In industrial manufacturing, machine-to-machine communications allows sensors in one place to communicate with control systems for an automated response.
For example, if the temperature in a commercial food processor reached a critical high, a sensor could send that information through a supervisory control and data acquisition system. In response, the control system could trigger a cooling system to bring the temperature down. No human interaction was necessary and plant operations sailed along without any downtime.
To allow these communications, devices had to be connected to each other and to larger systems using standard protocols like wifi, Bluetooth and Zigbee. These systems are referred to as the industrial Internet of Things (IoT).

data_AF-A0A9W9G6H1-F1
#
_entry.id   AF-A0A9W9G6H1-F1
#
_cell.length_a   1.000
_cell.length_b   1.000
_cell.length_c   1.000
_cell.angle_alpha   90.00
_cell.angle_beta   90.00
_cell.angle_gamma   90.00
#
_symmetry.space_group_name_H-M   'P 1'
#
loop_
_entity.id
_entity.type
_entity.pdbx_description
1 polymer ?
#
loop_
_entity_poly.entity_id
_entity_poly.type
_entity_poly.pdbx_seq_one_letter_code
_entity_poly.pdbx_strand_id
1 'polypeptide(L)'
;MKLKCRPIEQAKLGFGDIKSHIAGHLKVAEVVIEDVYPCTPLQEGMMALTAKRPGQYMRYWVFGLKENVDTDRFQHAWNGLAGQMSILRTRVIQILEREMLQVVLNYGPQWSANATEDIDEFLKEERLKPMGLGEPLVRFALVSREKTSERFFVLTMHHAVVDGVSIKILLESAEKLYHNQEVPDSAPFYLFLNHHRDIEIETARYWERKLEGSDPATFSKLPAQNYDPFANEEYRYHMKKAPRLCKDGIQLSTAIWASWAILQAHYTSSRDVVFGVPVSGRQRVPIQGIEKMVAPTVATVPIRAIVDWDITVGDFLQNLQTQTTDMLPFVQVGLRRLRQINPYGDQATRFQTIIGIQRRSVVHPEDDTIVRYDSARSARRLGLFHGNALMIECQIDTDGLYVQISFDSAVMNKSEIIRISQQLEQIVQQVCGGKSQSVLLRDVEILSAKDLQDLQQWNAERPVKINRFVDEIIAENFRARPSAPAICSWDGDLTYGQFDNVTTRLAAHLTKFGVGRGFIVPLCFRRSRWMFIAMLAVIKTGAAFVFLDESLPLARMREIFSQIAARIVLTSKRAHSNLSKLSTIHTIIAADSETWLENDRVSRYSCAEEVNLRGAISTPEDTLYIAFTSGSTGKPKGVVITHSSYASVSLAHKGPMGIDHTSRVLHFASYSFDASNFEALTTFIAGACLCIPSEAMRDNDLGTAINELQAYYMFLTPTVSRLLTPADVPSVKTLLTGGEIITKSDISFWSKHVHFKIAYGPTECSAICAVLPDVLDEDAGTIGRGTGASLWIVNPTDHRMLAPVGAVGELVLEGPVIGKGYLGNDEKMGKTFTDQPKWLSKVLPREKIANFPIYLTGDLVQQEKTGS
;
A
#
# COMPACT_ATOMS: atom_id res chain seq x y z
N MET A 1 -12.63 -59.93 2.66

While the industrial IoT got an earlier start, the consumer IoT is not far behind and it is going to be big. Really big.
Reimagining the Point of Sale
Using many of the same underlying technologies, the consumer IoT gives merchandisers a whole new perception of what ‘place’ even means in the multi-channel universe. Coffee makers, laundry machines, fridges, stoves, cars, watches, smart home monitors and many other items will become customer touchpoints.
The consumer IoT ushers in an era of personal, contextualized selling opportunities, allowing companies to place purchases right into the context of …read more